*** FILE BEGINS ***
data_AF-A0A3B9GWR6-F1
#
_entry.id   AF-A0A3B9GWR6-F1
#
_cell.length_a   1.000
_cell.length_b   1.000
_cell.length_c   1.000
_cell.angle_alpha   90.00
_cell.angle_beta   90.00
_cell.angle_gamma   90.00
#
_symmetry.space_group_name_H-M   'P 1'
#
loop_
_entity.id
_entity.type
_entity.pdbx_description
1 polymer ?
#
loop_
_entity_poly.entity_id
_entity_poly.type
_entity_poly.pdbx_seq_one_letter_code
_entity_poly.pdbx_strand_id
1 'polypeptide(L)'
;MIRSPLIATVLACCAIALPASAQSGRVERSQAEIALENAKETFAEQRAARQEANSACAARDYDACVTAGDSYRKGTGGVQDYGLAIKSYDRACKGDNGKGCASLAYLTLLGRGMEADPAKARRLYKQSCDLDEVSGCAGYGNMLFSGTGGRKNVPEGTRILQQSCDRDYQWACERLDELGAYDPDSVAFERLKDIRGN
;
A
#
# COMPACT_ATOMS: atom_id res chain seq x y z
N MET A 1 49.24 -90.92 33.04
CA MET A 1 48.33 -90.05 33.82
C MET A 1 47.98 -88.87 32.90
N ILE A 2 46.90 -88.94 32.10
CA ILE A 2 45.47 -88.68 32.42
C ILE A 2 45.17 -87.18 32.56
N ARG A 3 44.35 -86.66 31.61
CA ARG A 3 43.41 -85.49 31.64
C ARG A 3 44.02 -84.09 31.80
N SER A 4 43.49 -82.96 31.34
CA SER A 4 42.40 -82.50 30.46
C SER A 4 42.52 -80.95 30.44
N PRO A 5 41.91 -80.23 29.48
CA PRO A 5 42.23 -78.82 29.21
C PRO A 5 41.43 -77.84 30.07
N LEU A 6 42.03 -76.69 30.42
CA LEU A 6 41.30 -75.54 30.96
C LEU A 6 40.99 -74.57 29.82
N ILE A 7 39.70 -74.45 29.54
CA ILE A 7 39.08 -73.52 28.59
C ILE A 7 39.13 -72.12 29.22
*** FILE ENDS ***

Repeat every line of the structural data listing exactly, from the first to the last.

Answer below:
data_AF-A0A3B9GWR6-F1
#
_entry.id   AF-A0A3B9GWR6-F1
#
_cell.length_a   1.000
_cell.length_b   1.000
_cell.length_c   1.000
_cell.angle_alpha   90.00
_cell.angle_beta   90.00
_cell.angle_gamma   90.00
#
_symmetry.space_group_name_H-M   'P 1'
#
loop_
_entity.id
_entity.type
_entity.pdbx_description
1 polymer ?
#
loop_
_entity_poly.entity_id
_entity_poly.type
_entity_poly.pdbx_seq_one_letter_code
_entity_poly.pdbx_strand_id
1 'polypeptide(L)'
;MIRSPLIATVLACCAIALPASAQSGRVERSQAEIALENAKETFAEQRAARQEANSACAARDYDACVTAGDSYRKGTGGVQDYGLAIKSYDRACKGDNGKGCASLAYLTLLGRGMEADPAKARRLYKQSCDLDEVSGCAGYGNMLFSGTGGRKNVPEGTRILQQSCDRDYQWACERLDELGAYDPDSVAFERLKDIRGN
;
A
#
# COMPACT_ATOMS: atom_id res chain seq x y z
N MET A 1 49.24 -90.92 33.04
CA MET A 1 48.33 -90.05 33.82
C MET A 1 47.98 -88.87 32.90
N ILE A 2 46.90 -88.94 32.10
CA ILE A 2 45.47 -88.68 32.42
C ILE A 2 45.17 -87.18 32.56
N ARG A 3 44.35 -86.66 31.61
CA ARG A 3 43.41 -85.49 31.64
C ARG A 3 44.02 -84.09 31.80
N SER A 4 43.49 -82.96 31.34
CA SER A 4 42.40 -82.50 30.46
C SER A 4 42.52 -80.95 30.44
N PRO A 5 41.91 -80.23 29.48
CA PRO A 5 42.23 -78.82 29.21
C PRO A 5 41.43 -77.84 30.07
N LEU A 6 42.03 -76.69 30.42
CA LEU A 6 41.30 -75.54 30.96
C LEU A 6 40.99 -74.57 29.82
N ILE A 7 39.70 -74.45 29.54
CA ILE A 7 39.08 -73.52 28.59
C ILE A 7 39.13 -72.12 29.22